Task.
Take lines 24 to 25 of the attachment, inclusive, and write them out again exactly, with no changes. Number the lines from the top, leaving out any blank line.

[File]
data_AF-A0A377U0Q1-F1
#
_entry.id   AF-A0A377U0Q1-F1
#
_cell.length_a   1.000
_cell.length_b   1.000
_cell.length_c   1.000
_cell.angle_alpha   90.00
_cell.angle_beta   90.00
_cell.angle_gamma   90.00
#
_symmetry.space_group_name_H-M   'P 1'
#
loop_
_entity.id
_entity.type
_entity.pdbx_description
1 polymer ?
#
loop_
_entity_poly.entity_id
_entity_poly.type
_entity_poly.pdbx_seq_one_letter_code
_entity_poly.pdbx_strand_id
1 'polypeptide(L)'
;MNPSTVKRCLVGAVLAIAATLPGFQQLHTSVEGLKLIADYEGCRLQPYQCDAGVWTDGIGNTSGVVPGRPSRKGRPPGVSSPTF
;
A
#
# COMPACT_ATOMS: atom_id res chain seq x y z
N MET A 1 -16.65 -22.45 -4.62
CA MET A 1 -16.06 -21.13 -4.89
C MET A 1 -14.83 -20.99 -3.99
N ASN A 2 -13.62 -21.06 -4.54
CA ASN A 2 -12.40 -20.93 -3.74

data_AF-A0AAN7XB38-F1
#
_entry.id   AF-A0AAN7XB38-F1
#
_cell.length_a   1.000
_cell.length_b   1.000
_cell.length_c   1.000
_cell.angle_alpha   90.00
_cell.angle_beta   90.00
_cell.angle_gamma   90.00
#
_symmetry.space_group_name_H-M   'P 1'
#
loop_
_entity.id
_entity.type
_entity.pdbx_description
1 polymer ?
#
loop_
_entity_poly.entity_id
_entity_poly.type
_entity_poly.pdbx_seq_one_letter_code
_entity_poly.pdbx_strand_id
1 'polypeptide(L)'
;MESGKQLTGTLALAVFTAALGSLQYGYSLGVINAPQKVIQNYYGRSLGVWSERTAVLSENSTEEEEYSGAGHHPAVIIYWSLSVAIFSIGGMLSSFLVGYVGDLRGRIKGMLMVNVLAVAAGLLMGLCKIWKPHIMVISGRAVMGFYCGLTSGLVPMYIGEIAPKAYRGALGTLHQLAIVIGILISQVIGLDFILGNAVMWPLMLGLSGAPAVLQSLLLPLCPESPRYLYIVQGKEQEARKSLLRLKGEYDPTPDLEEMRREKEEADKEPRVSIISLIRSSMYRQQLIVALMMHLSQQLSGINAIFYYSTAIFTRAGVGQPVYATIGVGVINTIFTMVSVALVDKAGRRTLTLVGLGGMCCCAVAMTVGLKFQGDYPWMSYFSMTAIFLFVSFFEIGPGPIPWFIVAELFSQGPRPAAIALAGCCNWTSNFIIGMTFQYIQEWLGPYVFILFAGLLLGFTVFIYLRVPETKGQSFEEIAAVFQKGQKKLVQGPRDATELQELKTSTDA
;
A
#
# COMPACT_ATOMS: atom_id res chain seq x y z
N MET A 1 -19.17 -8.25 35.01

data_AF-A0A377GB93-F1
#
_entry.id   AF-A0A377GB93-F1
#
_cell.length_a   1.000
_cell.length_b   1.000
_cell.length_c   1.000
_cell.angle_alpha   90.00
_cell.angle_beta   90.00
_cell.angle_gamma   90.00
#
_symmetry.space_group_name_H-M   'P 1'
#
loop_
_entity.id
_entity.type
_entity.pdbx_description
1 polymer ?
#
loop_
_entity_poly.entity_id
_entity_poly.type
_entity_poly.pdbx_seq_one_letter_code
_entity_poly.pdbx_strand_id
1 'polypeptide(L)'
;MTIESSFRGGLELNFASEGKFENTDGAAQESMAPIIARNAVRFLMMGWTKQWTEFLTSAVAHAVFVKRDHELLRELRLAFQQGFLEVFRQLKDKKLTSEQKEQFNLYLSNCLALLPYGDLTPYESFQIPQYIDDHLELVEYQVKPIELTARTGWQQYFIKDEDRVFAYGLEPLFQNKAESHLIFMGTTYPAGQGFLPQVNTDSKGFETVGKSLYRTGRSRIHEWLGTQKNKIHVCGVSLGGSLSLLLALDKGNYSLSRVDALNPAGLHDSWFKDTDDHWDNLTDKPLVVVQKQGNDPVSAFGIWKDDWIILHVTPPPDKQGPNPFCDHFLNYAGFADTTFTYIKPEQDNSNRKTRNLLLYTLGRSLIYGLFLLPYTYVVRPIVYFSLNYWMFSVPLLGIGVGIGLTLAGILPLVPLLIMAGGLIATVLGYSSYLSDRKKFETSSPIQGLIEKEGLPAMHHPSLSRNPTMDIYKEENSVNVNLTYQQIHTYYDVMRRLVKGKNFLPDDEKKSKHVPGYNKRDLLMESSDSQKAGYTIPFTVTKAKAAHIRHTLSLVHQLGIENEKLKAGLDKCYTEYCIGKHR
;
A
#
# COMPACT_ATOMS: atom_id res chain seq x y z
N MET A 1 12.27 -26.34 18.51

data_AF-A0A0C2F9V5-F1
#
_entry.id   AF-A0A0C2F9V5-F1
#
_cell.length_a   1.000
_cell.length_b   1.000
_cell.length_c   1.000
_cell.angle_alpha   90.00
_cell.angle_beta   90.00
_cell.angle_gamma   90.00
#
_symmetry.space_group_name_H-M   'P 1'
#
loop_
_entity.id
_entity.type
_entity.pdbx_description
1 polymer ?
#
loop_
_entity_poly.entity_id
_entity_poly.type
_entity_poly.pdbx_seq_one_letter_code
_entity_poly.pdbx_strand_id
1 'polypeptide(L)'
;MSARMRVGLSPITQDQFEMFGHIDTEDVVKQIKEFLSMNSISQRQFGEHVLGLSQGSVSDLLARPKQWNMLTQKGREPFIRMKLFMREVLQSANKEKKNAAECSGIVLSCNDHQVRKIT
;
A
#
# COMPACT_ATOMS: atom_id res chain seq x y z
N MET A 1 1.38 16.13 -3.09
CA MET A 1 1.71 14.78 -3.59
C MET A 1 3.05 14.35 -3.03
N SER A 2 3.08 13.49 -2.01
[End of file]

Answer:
_entity_poly.pdbx_strand_id
1 'polypeptide(L)'